There are a handful of companies that arguably define every generation of American consumer. For the current generation, it's undeniable that Costco (NASDAQ:COST) fits this bill. But does that mean Costco stock is a buy? Not so fast.
The biggest problem with Costco as an investment isn't the company itself, but rather the price of its stock. Take the company's dividend yield. At 1%, it's less than half of the S&P 500's 2.12%. Not to mention the fact that both Wal-Mart and Target yield more than 2% as well.
Beyond this, Costco's price-to-earnings ratio -- which gauges how much an investor must pay for every dollar of earnings -- comes in at 23.7. Is that astronomical? No. Lululemon, for example, has a P/E ratio of 35, and many tech companies sport triple-digit multiples.
At the same time, however, the average stock on the S&P 500 trades for 18 times earnings, and both Wal-Mart and Target are valued at multiples between 15 and 16. Looked at it this way, Costco stock sells for a 32% premium over the broader market and a 53% premium over its closest brick-and-mortar competitors.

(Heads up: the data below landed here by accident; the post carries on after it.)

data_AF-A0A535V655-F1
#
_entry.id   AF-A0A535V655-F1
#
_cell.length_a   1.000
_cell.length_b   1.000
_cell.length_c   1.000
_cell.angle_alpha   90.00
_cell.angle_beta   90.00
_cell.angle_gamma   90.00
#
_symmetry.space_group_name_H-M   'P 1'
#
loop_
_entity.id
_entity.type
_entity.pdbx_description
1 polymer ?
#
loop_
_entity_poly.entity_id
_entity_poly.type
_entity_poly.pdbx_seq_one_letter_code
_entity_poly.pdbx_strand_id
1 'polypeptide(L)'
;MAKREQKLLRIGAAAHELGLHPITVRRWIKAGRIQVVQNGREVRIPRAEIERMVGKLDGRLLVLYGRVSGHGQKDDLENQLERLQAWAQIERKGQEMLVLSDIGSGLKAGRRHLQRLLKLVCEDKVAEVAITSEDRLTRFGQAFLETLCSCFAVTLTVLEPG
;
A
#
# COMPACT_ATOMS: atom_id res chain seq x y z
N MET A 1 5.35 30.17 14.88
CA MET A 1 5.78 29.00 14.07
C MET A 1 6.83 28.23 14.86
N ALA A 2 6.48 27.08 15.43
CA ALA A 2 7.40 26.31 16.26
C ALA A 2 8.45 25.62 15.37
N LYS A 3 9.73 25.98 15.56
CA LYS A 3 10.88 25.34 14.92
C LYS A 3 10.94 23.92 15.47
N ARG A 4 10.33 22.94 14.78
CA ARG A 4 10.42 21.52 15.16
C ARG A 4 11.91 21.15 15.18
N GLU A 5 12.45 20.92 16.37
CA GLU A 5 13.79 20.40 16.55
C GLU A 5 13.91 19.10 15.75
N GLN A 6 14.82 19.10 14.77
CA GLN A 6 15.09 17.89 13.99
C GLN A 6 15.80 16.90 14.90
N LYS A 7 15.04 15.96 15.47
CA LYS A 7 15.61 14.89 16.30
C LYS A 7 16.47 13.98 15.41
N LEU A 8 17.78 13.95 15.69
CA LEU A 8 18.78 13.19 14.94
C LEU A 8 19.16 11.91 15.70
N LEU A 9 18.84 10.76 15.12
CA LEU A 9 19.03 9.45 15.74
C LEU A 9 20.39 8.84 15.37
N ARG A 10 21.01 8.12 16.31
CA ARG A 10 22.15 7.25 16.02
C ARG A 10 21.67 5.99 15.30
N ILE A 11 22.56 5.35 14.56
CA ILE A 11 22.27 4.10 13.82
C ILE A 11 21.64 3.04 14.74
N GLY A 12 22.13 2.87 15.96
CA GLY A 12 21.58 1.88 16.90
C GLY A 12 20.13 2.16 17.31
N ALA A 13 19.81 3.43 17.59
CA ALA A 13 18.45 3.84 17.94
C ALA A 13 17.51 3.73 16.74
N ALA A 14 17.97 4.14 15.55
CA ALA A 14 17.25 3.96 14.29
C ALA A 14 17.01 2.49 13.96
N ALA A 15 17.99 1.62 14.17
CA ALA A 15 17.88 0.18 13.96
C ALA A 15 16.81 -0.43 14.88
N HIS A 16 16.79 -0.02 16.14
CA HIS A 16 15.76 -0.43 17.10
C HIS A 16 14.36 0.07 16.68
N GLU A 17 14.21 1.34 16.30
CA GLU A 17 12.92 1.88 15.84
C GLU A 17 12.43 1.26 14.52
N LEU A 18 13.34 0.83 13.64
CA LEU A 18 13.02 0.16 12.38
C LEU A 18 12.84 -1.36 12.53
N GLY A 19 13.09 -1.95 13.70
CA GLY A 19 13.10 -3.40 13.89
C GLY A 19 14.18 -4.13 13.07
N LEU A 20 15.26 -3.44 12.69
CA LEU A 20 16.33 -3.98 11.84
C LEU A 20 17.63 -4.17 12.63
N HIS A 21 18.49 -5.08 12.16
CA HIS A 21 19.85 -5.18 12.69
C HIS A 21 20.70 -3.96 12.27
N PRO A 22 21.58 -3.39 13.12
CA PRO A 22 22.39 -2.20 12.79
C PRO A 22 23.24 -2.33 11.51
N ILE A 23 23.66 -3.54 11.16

Suffice it to say, you can probably guess why stock in the warehouse retailer is so dearly priced. In the first place, it's simply a great company. It offers great products at great prices and, by all appearances, takes excellent care of its employees.
Beyond this, the more quantitative explanation is that Costco's stock price has simply outpaced its earnings-per-share growth. As you can see in the chart below, over the past five years, it's returned more than 84% to shareholders since 2008. Yet its EPS has only increased by 57% over the same time period.
Consequently, unless the latter figure picks up steam and catches the former, there's a risk that the stock price will come down on a relative basis instead.
Fool contributor John Maxfield has no position in any stocks mentioned. The Motley Fool recommends Costco Wholesale and lululemon athletica. The Motley Fool owns shares of Costco Wholesale. Try any of our Foolish newsletter services free for 30 days. We Fools may not all hold the same opinions, but we all believe that considering a diverse range of insights makes us better investors. The Motley Fool has a disclosure policy.